You can really see the dramatic difference six months of rehabilitation has had on this turtle.

All of these turtles will be released this weekend. Stay tuned for release photos!



2014 Turtles: Six Months Later...

As the Rescue department gears up for bringing turtles south for release. I thought it would be interesting to show you some photos from the record smashing event and compare them to what it looks like in the hospital area today.


Above, our hallways lined with banana boxes of turtles. The picture on the left shows when the animals are being triaged after arriving from the Massachusetts Audubon at Wellfleet Bay Wildlife Sanctuary. The picture on the right shows the turtles lined up getting ready for a transport to another facility for continuation of care.

Today the hallways are clear of turtles.
Life in the rehab area has resumed its normal operations.

The above pictures give a rare peak at what it looks like when over 300 turtles are in the facility at one time. 
Normally (as seen here), we try to keep our turtle lanes to under six animals at any given time.

During the warming up process the turtles graduate through various phases of temperature controlled swimming. In the following pictures two of our patient overflow tanks are full of recovering turtles.

Turtles transitioning 

These systems are still in use but after the upcoming release they will be empty again.

Below: same systems as above. To the left is during the event. To the right is today.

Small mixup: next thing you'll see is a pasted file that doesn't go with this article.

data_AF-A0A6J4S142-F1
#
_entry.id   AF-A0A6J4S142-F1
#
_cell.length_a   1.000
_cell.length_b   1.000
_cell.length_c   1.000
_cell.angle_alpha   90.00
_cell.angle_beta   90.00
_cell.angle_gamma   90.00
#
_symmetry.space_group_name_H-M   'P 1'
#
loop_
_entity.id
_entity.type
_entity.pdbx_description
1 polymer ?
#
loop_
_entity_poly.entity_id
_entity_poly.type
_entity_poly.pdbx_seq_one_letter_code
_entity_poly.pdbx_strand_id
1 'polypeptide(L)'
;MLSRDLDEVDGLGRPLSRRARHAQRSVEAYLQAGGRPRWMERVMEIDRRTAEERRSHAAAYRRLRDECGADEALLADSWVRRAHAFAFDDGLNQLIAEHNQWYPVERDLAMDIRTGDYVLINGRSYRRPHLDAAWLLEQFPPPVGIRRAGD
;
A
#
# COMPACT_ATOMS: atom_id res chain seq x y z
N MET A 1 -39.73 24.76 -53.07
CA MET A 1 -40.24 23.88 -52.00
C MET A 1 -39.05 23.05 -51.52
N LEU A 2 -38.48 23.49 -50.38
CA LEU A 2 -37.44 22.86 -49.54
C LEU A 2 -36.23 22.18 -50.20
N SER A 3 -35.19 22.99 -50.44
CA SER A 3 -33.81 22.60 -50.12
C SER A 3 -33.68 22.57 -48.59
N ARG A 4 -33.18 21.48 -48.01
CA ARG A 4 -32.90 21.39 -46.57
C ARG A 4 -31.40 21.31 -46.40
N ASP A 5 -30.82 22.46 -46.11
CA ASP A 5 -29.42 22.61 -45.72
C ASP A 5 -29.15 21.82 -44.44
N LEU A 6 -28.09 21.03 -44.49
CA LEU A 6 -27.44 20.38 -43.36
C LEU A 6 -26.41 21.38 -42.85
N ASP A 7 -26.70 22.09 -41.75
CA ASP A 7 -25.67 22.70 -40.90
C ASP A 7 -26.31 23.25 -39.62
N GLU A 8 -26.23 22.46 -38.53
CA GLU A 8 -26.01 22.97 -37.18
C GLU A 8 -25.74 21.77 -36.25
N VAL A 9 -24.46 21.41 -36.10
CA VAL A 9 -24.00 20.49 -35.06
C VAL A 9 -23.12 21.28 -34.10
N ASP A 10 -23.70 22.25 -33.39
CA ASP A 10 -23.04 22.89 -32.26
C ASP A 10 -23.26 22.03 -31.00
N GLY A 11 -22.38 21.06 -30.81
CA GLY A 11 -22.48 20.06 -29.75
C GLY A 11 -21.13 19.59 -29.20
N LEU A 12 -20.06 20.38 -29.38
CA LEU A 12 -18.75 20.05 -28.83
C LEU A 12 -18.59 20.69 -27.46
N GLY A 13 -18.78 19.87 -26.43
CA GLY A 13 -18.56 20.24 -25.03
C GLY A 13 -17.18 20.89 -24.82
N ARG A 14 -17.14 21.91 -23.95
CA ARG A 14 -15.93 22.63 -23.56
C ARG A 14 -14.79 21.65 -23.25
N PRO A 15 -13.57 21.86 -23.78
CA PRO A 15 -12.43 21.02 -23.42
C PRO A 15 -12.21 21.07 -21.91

Within the next few months hopefully all of our turtles will be released. The tanks will be emptied, cleaned and scrubbed. As we anticipate the next batch of cold-stunned sea turtles that will be needing rescue and rehabilitation come the fall.



Going bananas: Transporting turtles in style

A recent story about the colossal 2014 turtle season in blue, our members' magazine, mentioned that the Rescue Team uses banana boxes to transport their sea turtle patients. There wasn't space in the article to go into the back story of the boxes, but we wanted to offer some additional information to our blog readers.

Turtles in transport

When the turtles arrive, they are queued up
with their medical records. The window on the top of the box makes it easy to
ID the number on the shell of the turtle inside.

Turtles ready for the next leg of their journey

Our rescue partners at Mass Audubon's Wellfleet Bay sanctuary are the ones who got us hooked on the banana boxes. They usually start stockpiling the boxes early in the fall so they have enough to transport each turtle to the Animal Care Center. This was the first year we helped acquire boxes since stores on the Cape were out because of the staggering number of stranded turtles.

Banana boxes stored and ready for transport.

There are several types of banana boxes but we primarily use Chiquita. Prior to transporting the turtles via plane, we provide the box measurements to the pilots. So that we know how many boxes will fit in the various planes that we use to transport turtles to rehab facilities up and down the East Coast. This year we ran into a problem with some other types of banana boxes getting in the mix. The measurements of the other brands' boxes were not quite the same as the Chiquita boxes.

A turtle loaded and secured onto a plane for transport. Photo: Cape Cod Times